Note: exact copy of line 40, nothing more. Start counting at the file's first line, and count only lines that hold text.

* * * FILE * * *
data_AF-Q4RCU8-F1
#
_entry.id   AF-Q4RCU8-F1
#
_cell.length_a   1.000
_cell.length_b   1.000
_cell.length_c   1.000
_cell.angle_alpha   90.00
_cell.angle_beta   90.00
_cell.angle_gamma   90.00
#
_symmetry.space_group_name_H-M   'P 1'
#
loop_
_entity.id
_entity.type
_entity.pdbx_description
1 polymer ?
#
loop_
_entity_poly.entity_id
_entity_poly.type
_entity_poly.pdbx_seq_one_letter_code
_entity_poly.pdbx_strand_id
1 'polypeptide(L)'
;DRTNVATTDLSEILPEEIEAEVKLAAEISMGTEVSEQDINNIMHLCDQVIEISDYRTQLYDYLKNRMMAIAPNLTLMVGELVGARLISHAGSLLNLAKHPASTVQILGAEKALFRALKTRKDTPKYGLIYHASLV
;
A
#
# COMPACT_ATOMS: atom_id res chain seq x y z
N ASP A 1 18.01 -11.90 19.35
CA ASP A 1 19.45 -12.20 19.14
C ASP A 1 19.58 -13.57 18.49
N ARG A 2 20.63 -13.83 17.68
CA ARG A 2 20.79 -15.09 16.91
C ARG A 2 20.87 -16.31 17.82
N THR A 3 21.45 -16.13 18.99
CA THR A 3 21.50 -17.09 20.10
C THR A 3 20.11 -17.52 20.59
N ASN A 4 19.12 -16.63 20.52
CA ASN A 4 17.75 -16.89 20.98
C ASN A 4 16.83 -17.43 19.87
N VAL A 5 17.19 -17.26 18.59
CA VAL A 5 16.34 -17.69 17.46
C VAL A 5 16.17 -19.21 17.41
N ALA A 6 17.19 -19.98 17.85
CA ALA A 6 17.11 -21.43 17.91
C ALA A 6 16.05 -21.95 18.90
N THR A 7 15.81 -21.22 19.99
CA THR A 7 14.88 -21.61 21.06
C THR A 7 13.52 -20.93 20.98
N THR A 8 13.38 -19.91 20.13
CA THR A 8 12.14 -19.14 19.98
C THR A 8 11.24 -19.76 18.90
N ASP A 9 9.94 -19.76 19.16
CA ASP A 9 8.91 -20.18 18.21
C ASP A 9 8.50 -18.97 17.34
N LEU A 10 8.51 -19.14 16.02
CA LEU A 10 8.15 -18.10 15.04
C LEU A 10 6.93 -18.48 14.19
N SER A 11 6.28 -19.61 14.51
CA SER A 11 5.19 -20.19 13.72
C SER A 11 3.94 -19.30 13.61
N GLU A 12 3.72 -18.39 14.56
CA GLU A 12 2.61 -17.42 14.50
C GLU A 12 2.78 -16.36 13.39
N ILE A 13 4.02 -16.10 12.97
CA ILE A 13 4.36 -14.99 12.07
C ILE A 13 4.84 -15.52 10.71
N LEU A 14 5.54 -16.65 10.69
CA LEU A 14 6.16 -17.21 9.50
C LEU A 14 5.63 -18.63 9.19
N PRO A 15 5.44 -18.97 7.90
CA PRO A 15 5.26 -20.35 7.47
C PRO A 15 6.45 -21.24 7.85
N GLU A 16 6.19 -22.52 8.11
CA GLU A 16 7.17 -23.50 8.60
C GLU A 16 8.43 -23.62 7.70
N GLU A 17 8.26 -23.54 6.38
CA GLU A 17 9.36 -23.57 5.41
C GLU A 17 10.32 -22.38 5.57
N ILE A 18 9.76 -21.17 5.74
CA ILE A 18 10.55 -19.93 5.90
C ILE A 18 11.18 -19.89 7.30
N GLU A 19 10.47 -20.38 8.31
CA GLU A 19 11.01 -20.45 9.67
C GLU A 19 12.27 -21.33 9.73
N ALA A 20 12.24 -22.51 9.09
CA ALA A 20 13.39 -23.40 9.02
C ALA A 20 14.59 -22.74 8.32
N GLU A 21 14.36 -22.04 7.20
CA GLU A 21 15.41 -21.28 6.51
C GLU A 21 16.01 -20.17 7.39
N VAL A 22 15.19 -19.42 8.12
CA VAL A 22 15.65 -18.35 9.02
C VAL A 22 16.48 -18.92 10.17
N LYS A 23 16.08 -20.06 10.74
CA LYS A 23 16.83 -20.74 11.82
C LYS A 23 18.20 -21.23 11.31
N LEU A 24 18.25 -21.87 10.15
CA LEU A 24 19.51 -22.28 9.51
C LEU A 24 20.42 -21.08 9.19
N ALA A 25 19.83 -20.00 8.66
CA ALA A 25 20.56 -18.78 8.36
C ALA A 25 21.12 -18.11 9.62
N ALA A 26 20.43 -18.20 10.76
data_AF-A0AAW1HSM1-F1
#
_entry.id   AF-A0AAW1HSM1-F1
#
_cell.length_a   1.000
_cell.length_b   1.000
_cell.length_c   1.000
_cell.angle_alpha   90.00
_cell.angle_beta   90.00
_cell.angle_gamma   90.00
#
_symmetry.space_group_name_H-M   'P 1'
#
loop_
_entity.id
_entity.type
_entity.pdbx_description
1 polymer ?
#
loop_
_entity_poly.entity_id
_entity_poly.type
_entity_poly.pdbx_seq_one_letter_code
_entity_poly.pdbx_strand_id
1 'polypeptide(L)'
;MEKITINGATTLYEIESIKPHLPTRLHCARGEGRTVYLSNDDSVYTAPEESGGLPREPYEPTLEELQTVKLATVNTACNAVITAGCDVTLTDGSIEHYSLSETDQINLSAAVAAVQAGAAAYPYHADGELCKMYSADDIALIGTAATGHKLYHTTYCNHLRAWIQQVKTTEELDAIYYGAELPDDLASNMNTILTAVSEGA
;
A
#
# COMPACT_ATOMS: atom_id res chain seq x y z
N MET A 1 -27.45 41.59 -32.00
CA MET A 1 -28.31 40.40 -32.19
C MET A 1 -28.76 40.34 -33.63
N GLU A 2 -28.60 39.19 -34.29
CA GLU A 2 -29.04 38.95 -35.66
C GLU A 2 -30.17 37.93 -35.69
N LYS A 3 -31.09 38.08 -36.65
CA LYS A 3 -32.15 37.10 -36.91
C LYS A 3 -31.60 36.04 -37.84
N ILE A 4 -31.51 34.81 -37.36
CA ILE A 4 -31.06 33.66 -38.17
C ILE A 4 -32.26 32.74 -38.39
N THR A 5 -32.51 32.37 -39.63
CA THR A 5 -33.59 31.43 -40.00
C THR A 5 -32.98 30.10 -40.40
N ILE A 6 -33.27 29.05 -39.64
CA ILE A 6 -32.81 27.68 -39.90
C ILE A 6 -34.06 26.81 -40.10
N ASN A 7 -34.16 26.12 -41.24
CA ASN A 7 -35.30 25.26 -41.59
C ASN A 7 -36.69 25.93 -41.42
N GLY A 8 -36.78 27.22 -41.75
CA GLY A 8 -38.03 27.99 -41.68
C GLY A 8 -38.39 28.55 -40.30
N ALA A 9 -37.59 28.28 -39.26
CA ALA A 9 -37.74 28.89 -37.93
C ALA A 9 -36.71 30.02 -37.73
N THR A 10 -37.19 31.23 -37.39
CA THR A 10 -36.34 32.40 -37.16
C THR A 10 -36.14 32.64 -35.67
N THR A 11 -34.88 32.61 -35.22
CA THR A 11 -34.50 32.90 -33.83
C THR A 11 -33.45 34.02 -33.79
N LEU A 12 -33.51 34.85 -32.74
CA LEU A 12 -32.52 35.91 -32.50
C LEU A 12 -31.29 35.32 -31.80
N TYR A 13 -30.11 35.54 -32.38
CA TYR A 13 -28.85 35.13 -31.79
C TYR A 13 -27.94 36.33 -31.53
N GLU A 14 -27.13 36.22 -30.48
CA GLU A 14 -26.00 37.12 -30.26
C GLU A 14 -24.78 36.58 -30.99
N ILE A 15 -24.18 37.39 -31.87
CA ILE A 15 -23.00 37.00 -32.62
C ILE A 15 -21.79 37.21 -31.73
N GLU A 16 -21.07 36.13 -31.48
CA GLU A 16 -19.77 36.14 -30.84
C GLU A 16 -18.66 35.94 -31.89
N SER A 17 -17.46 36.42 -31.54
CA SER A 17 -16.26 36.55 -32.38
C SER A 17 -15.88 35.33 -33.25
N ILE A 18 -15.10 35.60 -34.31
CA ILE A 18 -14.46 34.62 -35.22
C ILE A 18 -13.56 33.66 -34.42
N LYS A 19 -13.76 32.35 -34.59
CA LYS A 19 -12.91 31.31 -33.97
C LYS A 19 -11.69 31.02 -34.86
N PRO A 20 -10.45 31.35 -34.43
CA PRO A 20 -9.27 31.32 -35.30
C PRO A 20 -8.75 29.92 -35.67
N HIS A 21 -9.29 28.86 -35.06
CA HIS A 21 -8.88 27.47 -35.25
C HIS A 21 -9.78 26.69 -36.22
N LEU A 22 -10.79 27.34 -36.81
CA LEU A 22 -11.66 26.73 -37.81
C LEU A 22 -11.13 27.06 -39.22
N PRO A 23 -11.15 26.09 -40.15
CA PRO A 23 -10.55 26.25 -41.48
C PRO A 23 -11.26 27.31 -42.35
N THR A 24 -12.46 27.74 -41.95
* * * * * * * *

N ASN A 4 19.12 -16.63 20.52